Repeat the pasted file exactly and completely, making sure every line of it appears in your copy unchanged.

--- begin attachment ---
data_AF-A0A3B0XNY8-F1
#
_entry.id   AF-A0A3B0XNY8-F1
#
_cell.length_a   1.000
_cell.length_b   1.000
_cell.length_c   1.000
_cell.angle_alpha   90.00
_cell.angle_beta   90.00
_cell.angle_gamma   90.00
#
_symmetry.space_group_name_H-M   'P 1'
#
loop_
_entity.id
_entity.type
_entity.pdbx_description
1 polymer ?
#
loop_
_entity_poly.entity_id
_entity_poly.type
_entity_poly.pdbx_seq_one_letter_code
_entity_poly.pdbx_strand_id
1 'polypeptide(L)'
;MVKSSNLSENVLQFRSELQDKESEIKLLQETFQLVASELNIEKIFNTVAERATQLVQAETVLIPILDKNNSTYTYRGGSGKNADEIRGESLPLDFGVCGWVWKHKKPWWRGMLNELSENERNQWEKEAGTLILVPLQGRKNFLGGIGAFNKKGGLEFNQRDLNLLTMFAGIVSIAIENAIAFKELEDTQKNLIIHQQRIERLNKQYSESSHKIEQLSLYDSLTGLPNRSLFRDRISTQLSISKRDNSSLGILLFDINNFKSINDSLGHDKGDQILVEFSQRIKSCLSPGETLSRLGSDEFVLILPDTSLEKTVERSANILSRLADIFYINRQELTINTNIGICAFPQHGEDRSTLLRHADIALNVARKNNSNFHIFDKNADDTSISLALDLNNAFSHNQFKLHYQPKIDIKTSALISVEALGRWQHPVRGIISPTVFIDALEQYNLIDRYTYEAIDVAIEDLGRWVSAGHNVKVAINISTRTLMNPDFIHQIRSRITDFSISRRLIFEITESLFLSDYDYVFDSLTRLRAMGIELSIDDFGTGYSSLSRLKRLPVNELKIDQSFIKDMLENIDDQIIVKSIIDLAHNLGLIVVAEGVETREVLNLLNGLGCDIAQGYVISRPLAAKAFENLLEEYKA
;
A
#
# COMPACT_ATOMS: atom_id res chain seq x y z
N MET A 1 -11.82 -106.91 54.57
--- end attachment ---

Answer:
data_AF-A0A3B0XNY8-F1
#
_entry.id   AF-A0A3B0XNY8-F1
#
_cell.length_a   1.000
_cell.length_b   1.000
_cell.length_c   1.000
_cell.angle_alpha   90.00
_cell.angle_beta   90.00
_cell.angle_gamma   90.00
#
_symmetry.space_group_name_H-M   'P 1'
#
loop_
_entity.id
_entity.type
_entity.pdbx_description
1 polymer ?
#
loop_
_entity_poly.entity_id
_entity_poly.type
_entity_poly.pdbx_seq_one_letter_code
_entity_poly.pdbx_strand_id
1 'polypeptide(L)'
;MVKSSNLSENVLQFRSELQDKESEIKLLQETFQLVASELNIEKIFNTVAERATQLVQAETVLIPILDKNNSTYTYRGGSGKNADEIRGESLPLDFGVCGWVWKHKKPWWRGMLNELSENERNQWEKEAGTLILVPLQGRKNFLGGIGAFNKKGGLEFNQRDLNLLTMFAGIVSIAIENAIAFKELEDTQKNLIIHQQRIERLNKQYSESSHKIEQLSLYDSLTGLPNRSLFRDRISTQLSISKRDNSSLGILLFDINNFKSINDSLGHDKGDQILVEFSQRIKSCLSPGETLSRLGSDEFVLILPDTSLEKTVERSANILSRLADIFYINRQELTINTNIGICAFPQHGEDRSTLLRHADIALNVARKNNSNFHIFDKNADDTSISLALDLNNAFSHNQFKLHYQPKIDIKTSALISVEALGRWQHPVRGIISPTVFIDALEQYNLIDRYTYEAIDVAIEDLGRWVSAGHNVKVAINISTRTLMNPDFIHQIRSRITDFSISRRLIFEITESLFLSDYDYVFDSLTRLRAMGIELSIDDFGTGYSSLSRLKRLPVNELKIDQSFIKDMLENIDDQIIVKSIIDLAHNLGLIVVAEGVETREVLNLLNGLGCDIAQGYVISRPLAAKAFENLLEEYKA
;
A
#
# COMPACT_ATOMS: atom_id res chain seq x y z
N MET A 1 -11.82 -106.91 54.57